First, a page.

Johnston bullish on batteries

14/11/2019 - 12:57

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There’s no bad news in Western Australia’s battery industry, Energy Minister Bill Johnston says, shrugging off the deferral of major projects in recent months.

Johnston bullish on batteries
Bill Johnston says there's a good long term future for WA lithium. Photo: Gabriel Oliveira

There’s no bad news in Western Australia’s battery industry, Energy Minister Bill Johnston says, shrugging off the deferral of major projects in recent months.

In August, Mineral Resources and Albemarle Corporation announced they would put construction of a Pilbara lithium refinery on hold and scaled down a project at Kemerton.

The following month, Tianqi Lithium opened stage one of its own refinery, while pausing the second stage.

Two weeks ago, MinRes and Albemarle placed their Wodgina lithium concentrators on care and maintenance.

Business News revealed earlier this year that costs had lifted beyond initial forecasts at a number of lithium projects.

Speaking to Business News last week at an event with Magellan Power, Mr Johnston said there were no speed bumps for the industry.

“The volume of spodumene coming from WA has massively increased and it will increase even further into the future,” Mr Johnston said.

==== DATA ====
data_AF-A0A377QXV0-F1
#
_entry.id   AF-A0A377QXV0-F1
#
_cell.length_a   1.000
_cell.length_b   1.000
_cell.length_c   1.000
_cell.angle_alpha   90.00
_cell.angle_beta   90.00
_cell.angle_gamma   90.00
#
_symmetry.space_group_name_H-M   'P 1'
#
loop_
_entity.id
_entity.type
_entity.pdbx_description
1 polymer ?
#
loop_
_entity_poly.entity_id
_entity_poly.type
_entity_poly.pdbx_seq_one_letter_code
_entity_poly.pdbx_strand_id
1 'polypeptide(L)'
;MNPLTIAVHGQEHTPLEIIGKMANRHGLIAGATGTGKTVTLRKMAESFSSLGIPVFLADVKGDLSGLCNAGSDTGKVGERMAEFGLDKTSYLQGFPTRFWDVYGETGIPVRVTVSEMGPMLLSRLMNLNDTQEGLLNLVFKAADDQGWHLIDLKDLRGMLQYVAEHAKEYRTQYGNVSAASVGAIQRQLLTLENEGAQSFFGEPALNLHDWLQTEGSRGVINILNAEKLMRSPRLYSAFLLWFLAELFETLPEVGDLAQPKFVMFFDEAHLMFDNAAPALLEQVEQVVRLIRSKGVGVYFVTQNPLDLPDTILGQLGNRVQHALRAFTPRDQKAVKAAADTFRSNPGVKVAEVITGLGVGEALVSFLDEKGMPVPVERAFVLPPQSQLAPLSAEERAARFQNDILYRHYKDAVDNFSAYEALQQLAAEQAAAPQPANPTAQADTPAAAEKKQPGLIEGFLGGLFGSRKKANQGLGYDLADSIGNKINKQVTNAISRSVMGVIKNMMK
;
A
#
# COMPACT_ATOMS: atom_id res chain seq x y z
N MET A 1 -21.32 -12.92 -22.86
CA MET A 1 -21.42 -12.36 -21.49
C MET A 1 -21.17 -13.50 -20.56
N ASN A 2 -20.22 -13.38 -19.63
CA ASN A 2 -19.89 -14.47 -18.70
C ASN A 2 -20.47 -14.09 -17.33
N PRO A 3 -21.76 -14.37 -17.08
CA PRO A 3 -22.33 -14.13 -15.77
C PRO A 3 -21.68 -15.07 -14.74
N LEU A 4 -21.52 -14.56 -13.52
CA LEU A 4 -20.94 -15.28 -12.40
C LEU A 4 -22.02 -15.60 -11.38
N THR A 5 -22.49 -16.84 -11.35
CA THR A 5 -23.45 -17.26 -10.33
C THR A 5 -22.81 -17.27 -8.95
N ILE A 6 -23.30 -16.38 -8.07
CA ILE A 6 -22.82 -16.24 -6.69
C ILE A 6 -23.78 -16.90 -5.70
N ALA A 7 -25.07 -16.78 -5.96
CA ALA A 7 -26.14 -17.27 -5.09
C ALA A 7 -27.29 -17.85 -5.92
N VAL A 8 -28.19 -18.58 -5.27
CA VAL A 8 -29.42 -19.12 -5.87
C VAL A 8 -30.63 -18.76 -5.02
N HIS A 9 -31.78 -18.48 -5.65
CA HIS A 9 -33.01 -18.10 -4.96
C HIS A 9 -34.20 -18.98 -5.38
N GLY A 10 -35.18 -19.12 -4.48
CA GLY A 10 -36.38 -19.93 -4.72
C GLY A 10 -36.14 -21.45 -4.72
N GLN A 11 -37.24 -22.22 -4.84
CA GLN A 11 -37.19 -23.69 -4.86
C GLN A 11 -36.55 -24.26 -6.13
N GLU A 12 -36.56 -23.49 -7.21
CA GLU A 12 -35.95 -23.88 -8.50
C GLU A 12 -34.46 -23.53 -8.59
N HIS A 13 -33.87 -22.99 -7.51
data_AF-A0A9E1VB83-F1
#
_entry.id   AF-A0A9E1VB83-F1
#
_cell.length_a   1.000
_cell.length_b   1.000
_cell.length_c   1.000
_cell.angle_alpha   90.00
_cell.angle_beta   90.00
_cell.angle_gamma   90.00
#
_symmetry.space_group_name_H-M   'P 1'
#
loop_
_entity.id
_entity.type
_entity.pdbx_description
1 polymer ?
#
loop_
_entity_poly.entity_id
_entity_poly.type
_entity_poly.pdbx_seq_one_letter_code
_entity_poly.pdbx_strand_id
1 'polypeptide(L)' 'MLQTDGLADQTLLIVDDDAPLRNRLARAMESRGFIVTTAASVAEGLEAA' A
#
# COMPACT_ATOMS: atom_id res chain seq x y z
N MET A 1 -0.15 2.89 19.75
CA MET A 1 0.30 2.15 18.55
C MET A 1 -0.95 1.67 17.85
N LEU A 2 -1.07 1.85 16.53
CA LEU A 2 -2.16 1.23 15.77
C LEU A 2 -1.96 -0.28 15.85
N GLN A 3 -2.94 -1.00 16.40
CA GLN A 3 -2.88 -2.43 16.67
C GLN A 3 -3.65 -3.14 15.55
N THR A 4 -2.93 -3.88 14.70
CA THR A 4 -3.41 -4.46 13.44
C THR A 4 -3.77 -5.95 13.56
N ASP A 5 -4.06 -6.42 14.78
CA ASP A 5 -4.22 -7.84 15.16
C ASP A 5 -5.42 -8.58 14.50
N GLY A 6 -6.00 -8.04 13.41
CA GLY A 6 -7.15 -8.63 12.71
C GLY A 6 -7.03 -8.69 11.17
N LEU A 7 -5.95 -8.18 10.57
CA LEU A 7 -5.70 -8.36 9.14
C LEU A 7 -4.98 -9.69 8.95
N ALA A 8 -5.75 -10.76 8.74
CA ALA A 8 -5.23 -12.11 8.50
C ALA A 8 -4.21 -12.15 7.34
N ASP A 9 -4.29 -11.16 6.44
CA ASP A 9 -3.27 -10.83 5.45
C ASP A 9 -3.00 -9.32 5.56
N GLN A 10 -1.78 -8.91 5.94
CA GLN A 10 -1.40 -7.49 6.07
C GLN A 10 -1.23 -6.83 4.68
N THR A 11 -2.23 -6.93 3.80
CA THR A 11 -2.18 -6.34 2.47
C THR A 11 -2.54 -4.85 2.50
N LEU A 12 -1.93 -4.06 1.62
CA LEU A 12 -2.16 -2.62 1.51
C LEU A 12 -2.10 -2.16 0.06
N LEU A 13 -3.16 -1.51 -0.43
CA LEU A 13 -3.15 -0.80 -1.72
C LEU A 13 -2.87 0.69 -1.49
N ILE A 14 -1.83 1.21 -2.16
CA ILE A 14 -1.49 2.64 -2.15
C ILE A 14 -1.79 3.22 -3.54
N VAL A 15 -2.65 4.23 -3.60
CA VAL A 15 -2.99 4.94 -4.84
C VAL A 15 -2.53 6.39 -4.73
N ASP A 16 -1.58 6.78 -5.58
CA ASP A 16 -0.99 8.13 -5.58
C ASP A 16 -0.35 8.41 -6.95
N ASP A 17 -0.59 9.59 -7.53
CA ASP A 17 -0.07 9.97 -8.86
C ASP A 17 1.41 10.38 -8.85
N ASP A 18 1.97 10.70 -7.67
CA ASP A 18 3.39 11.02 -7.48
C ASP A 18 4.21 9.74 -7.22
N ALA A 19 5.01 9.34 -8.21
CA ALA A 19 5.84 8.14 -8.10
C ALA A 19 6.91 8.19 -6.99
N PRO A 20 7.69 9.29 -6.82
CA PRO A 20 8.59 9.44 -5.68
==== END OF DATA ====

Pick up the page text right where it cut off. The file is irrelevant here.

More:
“Of course that doesn't mean that any particular project will go on any particular timeline.

“There’s only good news for the battery industry in Western Australia.

“There’s 5000 more people battery (jobs) in WA than there was just two years ago.

“This is unquestionably all good news.

“Some projects will be slower than the developers want to be but there's no bad news in the battery industry in WA, there's only good news.”

The pressure on projects has grown as a glut of lithium comes onto the market and downstream processing developments are stalled in Asia.

Mr Johnston took a long term view.

“Currently in the globe 2 per cent of cars use batteries, within 20 years 50 per cent of cars will use batteries,” he said.

“We know that the volume of lithium and other materials that will go into those batteries has to go up enormously.

“It's going to take a decade or 15 years before recycling has any impact.”

STANDING BY BUSINESS. TRUSTED BY BUSINESS.

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